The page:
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Former Massachusetts Gov. Deval Patrick Enters Democratic Presidential Primary


The Iowa caucuses are in 81 days, and so you would think the Democratic field of candidates running for president would be shrinking. But today former Massachusetts Governor Deval Patrick announced he is running for the Democratic nomination. Patrick thinks he has a path. He filed his candidacy paperwork in New Hampshire today.

NPR's Scott Detrow is here to explain. Hi.

SCOTT DETROW, BYLINE: Hey. Good afternoon.

SHAPIRO: About a year ago, Patrick said he would not run for president. Now he is hopping in the race just one day before the New Hampshire filing deadline. What changed?

DETROW: A couple of things. Patrick says a big reason he didn't get into the race last year was that his wife had just been diagnosed with cancer. He says she's now cancer-free. Patrick says he looks at this race and he sees one where many voters are still undecided. And he says he sees the front-runners dividing into two camps that he thinks both have big downsides.


DEVAL PATRICK: Camps of nostalgia on the one hand, and big ideas - sort of my way or no way - on the other. And I think we have to be about how we bring people in, how we bring people along and how we yield to the possibility that somebody else - or even some other party - may have a good idea.

DETROW: So a not too subtle reference to former Vice President Joe Biden on one hand and Senators Elizabeth Warren and Bernie Sanders there. But this pitch of unity, of broad coalitions, bringing people together - this is not something that's missing in the race.

SHAPIRO: (Laughter) Right. We've heard this on the debate stage every time they gather.

DETROW: Absolutely. Pete Buttigieg, Cory Booker and Beto O'Rourke, before he dropped out, all making very similar arguments.

SHAPIRO: Is there any chance of any candidate entering this late in the game actually winning?

DETROW: If there is a chance, it is very, very small. Most other candidates have been running for almost a year. They've been building up donor bases, volunteer networks, staff in key states. They've figured out what works and doesn't on the campaign trail. They have endorsements. And Patrick has none of these things. And he said today that he realizes how much of a long shot this is.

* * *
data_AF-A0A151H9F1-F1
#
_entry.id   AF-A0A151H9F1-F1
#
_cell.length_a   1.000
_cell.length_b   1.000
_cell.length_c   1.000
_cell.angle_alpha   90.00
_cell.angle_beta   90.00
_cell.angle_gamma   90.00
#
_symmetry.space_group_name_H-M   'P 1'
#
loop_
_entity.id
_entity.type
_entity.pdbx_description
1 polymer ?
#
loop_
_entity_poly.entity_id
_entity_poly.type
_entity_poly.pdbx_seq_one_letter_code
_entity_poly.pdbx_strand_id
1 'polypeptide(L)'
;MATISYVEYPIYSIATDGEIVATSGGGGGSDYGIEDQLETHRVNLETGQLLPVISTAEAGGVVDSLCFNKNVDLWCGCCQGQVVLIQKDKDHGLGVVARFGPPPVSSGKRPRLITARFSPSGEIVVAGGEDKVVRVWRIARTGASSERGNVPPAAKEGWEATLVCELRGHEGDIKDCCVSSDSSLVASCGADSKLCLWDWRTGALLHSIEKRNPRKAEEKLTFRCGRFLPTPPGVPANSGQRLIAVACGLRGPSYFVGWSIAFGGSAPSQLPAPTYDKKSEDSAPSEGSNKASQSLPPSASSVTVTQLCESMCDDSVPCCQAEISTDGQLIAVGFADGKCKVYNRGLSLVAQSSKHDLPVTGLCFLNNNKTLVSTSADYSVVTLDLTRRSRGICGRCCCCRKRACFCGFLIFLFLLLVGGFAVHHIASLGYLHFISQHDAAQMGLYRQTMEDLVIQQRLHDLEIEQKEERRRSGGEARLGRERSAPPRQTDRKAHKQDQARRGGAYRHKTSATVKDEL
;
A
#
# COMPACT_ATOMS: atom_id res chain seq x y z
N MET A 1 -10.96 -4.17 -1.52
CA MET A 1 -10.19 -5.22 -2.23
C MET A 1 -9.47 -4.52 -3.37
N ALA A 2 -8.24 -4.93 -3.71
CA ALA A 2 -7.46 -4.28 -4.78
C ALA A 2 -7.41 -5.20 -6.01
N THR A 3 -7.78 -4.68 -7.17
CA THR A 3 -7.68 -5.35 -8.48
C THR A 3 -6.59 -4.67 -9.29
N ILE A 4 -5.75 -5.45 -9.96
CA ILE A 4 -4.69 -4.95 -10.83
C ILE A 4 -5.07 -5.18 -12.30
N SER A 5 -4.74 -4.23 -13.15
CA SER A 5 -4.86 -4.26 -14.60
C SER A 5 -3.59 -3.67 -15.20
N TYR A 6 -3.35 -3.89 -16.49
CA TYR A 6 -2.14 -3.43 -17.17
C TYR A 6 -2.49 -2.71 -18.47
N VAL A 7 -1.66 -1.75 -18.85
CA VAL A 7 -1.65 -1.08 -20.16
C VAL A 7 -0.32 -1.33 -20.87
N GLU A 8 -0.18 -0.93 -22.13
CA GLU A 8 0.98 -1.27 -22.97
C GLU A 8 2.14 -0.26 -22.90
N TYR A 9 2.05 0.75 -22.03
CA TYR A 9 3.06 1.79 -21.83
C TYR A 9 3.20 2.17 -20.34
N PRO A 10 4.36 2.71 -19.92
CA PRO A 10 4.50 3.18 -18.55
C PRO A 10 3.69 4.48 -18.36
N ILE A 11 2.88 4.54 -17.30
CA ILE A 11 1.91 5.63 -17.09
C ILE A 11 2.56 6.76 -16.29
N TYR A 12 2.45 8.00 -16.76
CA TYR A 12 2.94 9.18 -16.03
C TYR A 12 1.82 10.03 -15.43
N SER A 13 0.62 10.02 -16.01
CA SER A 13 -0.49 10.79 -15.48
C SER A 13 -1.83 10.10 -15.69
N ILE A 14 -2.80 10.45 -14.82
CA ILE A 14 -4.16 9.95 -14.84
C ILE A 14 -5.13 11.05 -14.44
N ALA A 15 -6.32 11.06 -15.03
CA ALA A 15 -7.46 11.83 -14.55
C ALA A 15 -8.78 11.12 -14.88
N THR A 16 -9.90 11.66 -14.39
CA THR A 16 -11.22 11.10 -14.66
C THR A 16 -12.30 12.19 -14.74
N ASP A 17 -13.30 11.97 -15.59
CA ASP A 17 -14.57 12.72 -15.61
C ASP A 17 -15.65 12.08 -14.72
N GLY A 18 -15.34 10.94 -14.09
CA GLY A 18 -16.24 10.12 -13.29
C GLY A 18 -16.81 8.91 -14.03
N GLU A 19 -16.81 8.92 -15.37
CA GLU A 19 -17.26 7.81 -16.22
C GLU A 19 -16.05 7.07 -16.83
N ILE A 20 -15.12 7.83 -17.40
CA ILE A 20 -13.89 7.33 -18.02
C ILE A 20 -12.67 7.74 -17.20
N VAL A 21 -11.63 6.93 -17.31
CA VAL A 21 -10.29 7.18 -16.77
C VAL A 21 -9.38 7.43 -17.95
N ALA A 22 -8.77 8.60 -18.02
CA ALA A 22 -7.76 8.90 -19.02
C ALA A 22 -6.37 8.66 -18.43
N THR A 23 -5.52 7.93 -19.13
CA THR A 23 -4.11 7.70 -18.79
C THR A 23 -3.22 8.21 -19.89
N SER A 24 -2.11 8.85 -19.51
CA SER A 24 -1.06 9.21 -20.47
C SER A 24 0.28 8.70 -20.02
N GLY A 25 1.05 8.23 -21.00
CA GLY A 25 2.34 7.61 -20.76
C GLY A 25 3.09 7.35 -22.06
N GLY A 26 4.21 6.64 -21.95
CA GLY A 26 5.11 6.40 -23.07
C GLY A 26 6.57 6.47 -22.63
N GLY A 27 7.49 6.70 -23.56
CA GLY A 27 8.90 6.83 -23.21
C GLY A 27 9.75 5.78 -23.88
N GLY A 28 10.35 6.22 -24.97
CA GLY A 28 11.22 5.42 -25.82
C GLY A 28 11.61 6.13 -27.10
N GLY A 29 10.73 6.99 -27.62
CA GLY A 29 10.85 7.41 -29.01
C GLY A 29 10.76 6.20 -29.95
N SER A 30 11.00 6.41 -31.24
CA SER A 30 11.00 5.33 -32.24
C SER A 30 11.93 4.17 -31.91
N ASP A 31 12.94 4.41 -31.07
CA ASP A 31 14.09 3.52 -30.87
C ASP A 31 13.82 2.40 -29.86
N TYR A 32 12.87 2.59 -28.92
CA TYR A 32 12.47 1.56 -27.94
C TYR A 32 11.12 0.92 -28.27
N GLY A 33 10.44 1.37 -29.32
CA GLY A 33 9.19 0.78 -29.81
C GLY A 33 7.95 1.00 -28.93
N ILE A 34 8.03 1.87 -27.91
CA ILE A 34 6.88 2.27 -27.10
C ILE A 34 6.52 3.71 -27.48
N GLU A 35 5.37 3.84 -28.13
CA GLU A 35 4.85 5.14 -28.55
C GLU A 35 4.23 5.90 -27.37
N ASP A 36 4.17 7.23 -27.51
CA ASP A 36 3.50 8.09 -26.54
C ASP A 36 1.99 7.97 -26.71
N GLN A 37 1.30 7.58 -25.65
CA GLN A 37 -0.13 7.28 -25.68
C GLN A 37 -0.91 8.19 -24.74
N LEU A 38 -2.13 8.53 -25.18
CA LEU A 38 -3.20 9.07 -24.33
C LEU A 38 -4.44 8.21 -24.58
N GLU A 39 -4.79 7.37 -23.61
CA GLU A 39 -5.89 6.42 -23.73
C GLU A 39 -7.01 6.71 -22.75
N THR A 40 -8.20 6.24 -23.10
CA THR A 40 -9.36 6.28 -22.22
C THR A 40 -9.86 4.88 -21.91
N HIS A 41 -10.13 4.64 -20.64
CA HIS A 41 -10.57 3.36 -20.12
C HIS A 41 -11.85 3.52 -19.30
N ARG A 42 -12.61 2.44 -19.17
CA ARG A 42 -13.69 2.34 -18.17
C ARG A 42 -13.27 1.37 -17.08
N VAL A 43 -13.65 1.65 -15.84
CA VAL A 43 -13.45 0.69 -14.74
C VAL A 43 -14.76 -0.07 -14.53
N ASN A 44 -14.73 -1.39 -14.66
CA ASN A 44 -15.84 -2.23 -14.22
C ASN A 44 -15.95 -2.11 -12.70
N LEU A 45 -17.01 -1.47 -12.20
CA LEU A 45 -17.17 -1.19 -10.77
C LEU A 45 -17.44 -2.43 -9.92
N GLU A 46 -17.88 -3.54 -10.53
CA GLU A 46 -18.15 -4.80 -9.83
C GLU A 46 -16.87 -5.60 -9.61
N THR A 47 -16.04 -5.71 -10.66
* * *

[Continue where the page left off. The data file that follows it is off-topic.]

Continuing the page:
PATRICK: You know, if running for president is a Hail Mary under any circumstances, this is like a Hail Mary from two stadiums over.

DETROW: So just look at the debates, though. He's not going to get it in time to be in the next debate in December. You now have to have 4% in four polls and 200,000 donors from at least 20 states - very hard criteria. A lot of candidates haven't reached it. It's hard to see how he does.

SHAPIRO: Tell us what this says about the race because, not long ago, Democrats were applauding the biggest, most diverse field they had ever seen. And they were so excited about how many people there were. And now suddenly you've got New York Mayor Michael Bloomberg trying to get on the ballot in several states. Like, what does this say about the state of the race and the way Democrats feel about it?

DETROW: This is part of the big establishment and donor freakout...

SHAPIRO: (Laughter).

DETROW: ...That's been going on.

SHAPIRO: Is that a proud tradition?

DETROW: It is - even more so this year because they're so desperate to beat Donald Trump. They know it really comes down to a handful of states, mostly in the Midwest. And they look at Warren and Sanders and what they're running on, things like totally doing away with private health insurance, and they're nervous most voters in the fall wouldn't buy that. And they see Biden, on the other hand, struggling to raise money, looking a little bit unsteady at times in his performances on the campaign trail. And they're very concerned about the establishment moderate.

SHAPIRO: You're talking about donors and party bigwigs. Just briefly, is there any sign that voters share the anxiety you're describing?

DETROW: Not at all, the opposite - really high enthusiasm, really high engagement. You've seen a ton of excitement. And most polls show they're very happy with this already enormous field of candidates.

SHAPIRO: That's NPR's Scott Detrow about to hop on a flight to New Hampshire. Go get to the airport.

DETROW: Thanks. Transcript provided by NPR, Copyright NPR.

Scott Detrow is a White House correspondent for NPR and co-hosts the NPR Politics Podcast.